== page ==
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A closeup of a Florida mouse on sand.

Florida Mouse

While the Florida mouse commonly occupies the same burrows as its predators, including snakes, it avoids predation by digging a different entrance and creating side tunnels.

Podomys floridanius


The Florida mouse, also known as the Florida deer mouse, reaches a length of 8.0 in/20.3 cm and weighs 0.7-1.7 oz/36.9-49 g. The tail makes up about 80% of its body length. The mouse has yellow-brown short fur with a white underbelly and moderately big ears without fur. The Florida mouse has five footpads on each foot, while all other deer mice have six footpads on each foot.

The Florida mouse lives exclusively in the state of Florida. It is found from coast to coast mainly in the north central region of the state. Their predators include snakes, owls, and birds of prey. They likely breed throughout the year, but more commonly from fall to early winter. The mouse will reproduce no more than two litters each year. Each litter usually consists of two to three offspring.

Observation Tips

The Florida mouse is dependent on gopher tortoise burrows for shelter. They are nocturnal and emerge at night to forage on a diet of seeds, acorns, fruits, and insects. During the day they remain inactive in these burrows.

Interesting Fact

While the Florida mouse commonly occupies the same burrows as its predators, including snakes, it avoids predation by digging a different entrance and creating side tunnels.

Ideal Habitat

The Florida mouse prefers xeric upland communities with dry, well-drained sandy soils, such as scrub (including scrubby flatwoods, oak scrub, sand pine scrub, rosemary scrub) and sandhills. Vegetation is sparse shrubs (10-60%) and ground cover and patches of bare ground with trees being <25%. Historically, this habitat structure was maintained by natural fire every 4-10 years. Florida mice excavate their burrows inside the burrows of animals, often the gopher tortoise. They will also use burrows of armadillos or other mice.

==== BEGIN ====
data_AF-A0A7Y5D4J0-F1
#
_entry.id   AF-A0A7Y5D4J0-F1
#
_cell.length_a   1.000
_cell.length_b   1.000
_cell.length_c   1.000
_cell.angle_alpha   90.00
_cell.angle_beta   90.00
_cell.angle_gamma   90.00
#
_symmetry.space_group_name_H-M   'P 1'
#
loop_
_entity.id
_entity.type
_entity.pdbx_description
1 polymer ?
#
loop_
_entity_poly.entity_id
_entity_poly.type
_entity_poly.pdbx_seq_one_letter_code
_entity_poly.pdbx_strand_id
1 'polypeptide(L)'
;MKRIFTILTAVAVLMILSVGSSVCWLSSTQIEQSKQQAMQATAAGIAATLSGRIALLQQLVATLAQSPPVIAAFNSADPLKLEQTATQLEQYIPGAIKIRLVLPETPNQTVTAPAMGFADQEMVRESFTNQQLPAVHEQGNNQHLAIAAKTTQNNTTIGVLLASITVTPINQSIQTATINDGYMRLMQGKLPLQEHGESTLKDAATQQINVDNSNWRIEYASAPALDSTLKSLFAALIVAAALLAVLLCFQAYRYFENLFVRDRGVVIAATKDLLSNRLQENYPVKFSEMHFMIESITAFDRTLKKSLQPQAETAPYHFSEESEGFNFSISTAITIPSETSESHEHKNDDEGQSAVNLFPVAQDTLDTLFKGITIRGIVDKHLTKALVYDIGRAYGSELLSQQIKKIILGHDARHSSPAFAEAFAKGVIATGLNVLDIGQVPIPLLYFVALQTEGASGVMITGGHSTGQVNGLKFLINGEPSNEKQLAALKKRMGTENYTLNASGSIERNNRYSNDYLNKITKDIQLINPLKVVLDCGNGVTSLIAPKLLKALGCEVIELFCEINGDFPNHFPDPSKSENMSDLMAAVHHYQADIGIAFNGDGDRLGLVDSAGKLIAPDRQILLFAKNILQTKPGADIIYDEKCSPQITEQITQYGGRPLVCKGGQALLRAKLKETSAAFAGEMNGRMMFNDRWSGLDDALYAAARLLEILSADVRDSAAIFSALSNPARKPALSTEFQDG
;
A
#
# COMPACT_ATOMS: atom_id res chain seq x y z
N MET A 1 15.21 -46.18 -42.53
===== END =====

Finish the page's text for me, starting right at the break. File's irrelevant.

Florida mouse range map showing range in coastal, central and Atlantic Florida.

Range map provided by International Union for Conservation of Nature

Management Activities that Benefit Species – Best Management Practices (BMPs)

In the absence of naturally occurring fire, prescribed burning is necessary to maintain the open and sparse vegetation structure suitable for the Florida mouse. When possible, prescribed fires should be limited to the spring and early summer months to achieve a mosaic of burned and unburned patches. As the Florida mouse largely depends on the burrows of gopher tortoises, any activities that improve the habitat of gopher tortoises will also benefit the Florida mouse.

Reduced genetic variation makes Florida mouse populations more susceptible to diseases or other disasters that may occur. Therefore, coordination between public and private landowners is beneficial for maintaining large habitat areas and increasing connectivity between mouse populations.

Management Activities to Avoid

Avoid large-scale development and agricultural conversion as it isolates mouse populations and destroys habitat. The removal of oak trees is another threat to the Florida Mouse and other endemic species. Oak trees and other seed-bearing plants play a significant role in their habitat as a food source through mast reproduction of seeds. Avoid conducting prescribed fire in the fall during peak breeding season as the removal of cover impacts available food resources and increases predation risk. Additionally, the increase in native (i.e. racoons) and nonnative predators (i.e. cats, red fire ants) can threaten mouse populations.

Other Species that Benefit from Similar Habitat Management

Other species that benefit from high-quality natural xeric uplands include the Florida scrub-jay, gopher tortoise, red-cockaded woodpecker, and the eastern indigo snake.


Download the Florida mouse Factsheet

Descarga la ficha de el ratón de Florida

Other Resources

Florida Fish and Wildlife Conservation Commission. Florida mouse

NatureServe: 2021. NatureServe Explorer: An online encyclopedia of life [web application]. Version 7.1. NatureServe, Arlington, Virginia. Florida mouse

Florida Natural Areas Inventory. Florida mouse field guide

International Union for Conservation of Nature (IUCN). 2019. The IUCN Red List of Threatened Species. Version 2019-3. Florida mouse

Photo credit: Bill Chitty/Flickr



Organism Types
Habitat Types
Grassland | Shrubland

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